What is undergraduate research?
Research is a creative and systematic process of asking questions and discovering new knowledge. Any student, regardless of major, year, or experience, can get involved in undergraduate research.
“Find what you love! The sheer abundance of research opportunities at UW can be overwhelming. Take the time to explore what you like.”
Frequently asked questions about undergraduate research:
Many students who answered these questions are Undergraduate Research Leaders (URLs) with the Office of Undergraduate Research. Click here to learn about the URL program.
No! Most people don’t have any experience with research before college, so it is more than okay to reach out before you have any formal research experience. I would encourage everyone interested in research to look into professors or researchers who conduct research on topics that you are interested in and email them to ask if they have any space in their lab! – Megana Shivakumar
View Megana’s URL profile here.
You definitely do not need prior experience to start researching as an undergrad! Most professors/UW programs supporting undergrad research are more than happy to support students through their first research experience. If you have found a topic or program that interests you, your interest is enough to make you a valuable member of the research process. Also, each research project/lab/program is completely different and will be a new starting point for each person involved even if they already have research experience. – Ruby Barone
Everyone has a different path to research! I started in high school through a Biomedical Sciences class and continued research at the UW through a summer program before freshman year. With this being said, you do not have to start research this early on. Some students begin research after the fall or winter quarter of Freshman year while others wait until Sophomore year. Personally, I took a break from research my sophomore year and just participated in summer research through an internship. Currently, I am starting in a different lab, so don’t worry about starting later into your undergraduate year as a junior. However, I would suggest reaching out sooner rather than later, so you do not wait until your senior year because you may not have enough time to learn whether you enjoy research or not. – Nisha BK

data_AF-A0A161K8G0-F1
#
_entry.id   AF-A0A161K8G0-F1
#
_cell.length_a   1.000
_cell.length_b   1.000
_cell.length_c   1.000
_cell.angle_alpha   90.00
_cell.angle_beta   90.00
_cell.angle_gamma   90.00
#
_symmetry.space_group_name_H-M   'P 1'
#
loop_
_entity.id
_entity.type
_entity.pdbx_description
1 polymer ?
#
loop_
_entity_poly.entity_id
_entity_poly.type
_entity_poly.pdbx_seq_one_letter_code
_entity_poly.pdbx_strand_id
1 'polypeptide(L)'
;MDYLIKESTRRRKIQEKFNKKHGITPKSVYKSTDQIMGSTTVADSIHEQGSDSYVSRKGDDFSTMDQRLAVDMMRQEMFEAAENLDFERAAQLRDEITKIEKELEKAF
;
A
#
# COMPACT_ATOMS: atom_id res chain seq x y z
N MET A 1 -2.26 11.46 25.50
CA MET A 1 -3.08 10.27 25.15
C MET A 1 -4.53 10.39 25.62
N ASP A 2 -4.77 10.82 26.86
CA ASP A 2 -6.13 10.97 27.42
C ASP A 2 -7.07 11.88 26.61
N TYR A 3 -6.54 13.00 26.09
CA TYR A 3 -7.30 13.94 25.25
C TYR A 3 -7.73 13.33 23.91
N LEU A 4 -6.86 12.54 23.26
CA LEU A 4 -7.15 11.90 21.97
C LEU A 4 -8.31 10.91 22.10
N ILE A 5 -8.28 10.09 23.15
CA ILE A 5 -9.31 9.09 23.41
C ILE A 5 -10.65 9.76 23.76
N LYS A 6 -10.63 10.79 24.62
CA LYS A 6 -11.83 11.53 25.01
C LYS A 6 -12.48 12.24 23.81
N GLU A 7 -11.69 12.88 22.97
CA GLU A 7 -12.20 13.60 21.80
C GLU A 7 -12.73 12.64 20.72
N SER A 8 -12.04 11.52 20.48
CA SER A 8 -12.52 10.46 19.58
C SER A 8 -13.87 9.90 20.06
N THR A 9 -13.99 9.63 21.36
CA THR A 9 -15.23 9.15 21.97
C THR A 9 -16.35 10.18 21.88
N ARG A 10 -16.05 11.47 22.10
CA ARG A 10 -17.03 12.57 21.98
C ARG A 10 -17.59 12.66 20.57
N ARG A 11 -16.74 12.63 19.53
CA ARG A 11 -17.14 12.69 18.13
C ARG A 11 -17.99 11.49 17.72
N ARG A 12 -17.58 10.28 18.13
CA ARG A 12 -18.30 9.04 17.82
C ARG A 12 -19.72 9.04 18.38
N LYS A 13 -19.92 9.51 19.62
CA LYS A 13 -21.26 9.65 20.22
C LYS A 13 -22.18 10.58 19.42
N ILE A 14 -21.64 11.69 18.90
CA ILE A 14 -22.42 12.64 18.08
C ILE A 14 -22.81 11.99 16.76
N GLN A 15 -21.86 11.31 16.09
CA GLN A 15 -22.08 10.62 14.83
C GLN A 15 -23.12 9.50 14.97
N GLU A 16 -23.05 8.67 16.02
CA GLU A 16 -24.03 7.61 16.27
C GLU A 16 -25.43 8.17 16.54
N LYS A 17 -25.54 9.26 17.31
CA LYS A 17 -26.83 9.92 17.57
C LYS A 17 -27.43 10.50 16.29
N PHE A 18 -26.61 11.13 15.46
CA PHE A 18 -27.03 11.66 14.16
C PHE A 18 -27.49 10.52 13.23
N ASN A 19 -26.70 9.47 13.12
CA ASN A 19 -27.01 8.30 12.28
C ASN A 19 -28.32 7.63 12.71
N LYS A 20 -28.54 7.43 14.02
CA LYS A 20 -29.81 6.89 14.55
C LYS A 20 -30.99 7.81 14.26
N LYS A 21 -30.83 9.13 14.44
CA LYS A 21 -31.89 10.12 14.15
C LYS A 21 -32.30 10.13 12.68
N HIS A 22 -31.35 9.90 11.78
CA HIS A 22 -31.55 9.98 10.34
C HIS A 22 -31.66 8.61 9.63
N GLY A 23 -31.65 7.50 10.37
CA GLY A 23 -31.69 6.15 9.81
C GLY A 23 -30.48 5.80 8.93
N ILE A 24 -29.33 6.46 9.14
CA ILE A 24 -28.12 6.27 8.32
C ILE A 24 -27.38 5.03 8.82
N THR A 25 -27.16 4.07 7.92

View Nisha’s URL profile here.
Yes! I would definitely encourage students to look into getting involved with research before they’re in their major so that you can learn more about the specific topics within your major that interest you. In addition, many PIs like to work with students earlier in their college career so that you can spend more time working in their lab and specializing in your skill set. It’s never too early to start! – Megana Shivakumar
View Megana’s URL profile here.
You absolutely can! I conduct research in a Microbiology lab as a Biochemistry major. My research provides me with insight into the unique workings of biochemical assays specifically used with bacteria. For example, I research DNA replication proteins and am working to determine the biochemical mechanism of action for protein-protein interactions that are unique to bacteria using both in-vivo and in-vitro assays. Additionally, many fields are interdisciplinary in their research: in my lab, I get to work with aspects of Microbiology, Virology, Molecular Biology, and Biochemistry. Having a different major from your research topic can make you a unique asset to a research group, as you may be better equipped to answer questions in ways that come from your major compared to the field of the research you participate in. If you’re passionate about the topic, I would encourage you to pursue the research opportunity! – Tara Young